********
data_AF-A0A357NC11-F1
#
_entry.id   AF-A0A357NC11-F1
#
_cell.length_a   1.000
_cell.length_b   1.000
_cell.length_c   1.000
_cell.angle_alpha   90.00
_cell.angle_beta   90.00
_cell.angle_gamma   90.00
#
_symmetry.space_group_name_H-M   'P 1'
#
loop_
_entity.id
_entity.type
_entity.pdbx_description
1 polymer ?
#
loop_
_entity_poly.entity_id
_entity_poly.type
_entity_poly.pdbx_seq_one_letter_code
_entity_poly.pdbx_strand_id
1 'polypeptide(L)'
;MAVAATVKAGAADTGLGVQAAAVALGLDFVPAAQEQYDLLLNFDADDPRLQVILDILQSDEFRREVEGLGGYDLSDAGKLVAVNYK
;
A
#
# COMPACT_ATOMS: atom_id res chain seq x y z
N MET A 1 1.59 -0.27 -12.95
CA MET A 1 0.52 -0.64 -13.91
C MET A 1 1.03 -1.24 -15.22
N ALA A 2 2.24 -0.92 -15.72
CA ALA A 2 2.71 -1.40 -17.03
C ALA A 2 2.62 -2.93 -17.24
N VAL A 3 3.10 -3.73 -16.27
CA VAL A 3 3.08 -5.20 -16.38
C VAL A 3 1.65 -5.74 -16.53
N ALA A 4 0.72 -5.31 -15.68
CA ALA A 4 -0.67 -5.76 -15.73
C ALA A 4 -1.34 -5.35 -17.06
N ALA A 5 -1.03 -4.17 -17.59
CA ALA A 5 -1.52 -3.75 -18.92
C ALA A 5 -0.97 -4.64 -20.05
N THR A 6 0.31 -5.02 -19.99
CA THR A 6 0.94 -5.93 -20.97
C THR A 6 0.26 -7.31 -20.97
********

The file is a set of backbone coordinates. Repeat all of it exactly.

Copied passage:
data_AF-A0A357NC11-F1
#
_entry.id   AF-A0A357NC11-F1
#
_cell.length_a   1.000
_cell.length_b   1.000
_cell.length_c   1.000
_cell.angle_alpha   90.00
_cell.angle_beta   90.00
_cell.angle_gamma   90.00
#
_symmetry.space_group_name_H-M   'P 1'
#
loop_
_entity.id
_entity.type
_entity.pdbx_description
1 polymer ?
#
loop_
_entity_poly.entity_id
_entity_poly.type
_entity_poly.pdbx_seq_one_letter_code
_entity_poly.pdbx_strand_id
1 'polypeptide(L)'
;MAVAATVKAGAADTGLGVQAAAVALGLDFVPAAQEQYDLLLNFDADDPRLQVILDILQSDEFRREVEGLGGYDLSDAGKLVAVNYK
;
A
#
# COMPACT_ATOMS: atom_id res chain seq x y z
N MET A 1 1.59 -0.27 -12.95
CA MET A 1 0.52 -0.64 -13.91
C MET A 1 1.03 -1.24 -15.22
N ALA A 2 2.24 -0.92 -15.72
CA ALA A 2 2.71 -1.40 -17.03
C ALA A 2 2.62 -2.93 -17.24
N VAL A 3 3.10 -3.73 -16.27
CA VAL A 3 3.08 -5.20 -16.38
C VAL A 3 1.65 -5.74 -16.53
N ALA A 4 0.72 -5.31 -15.68
CA ALA A 4 -0.67 -5.76 -15.73
C ALA A 4 -1.34 -5.35 -17.06
N ALA A 5 -1.03 -4.17 -17.59
CA ALA A 5 -1.52 -3.75 -18.92
C ALA A 5 -0.97 -4.64 -20.05
N THR A 6 0.31 -5.02 -19.99
CA THR A 6 0.94 -5.93 -20.97
C THR A 6 0.26 -7.31 -20.97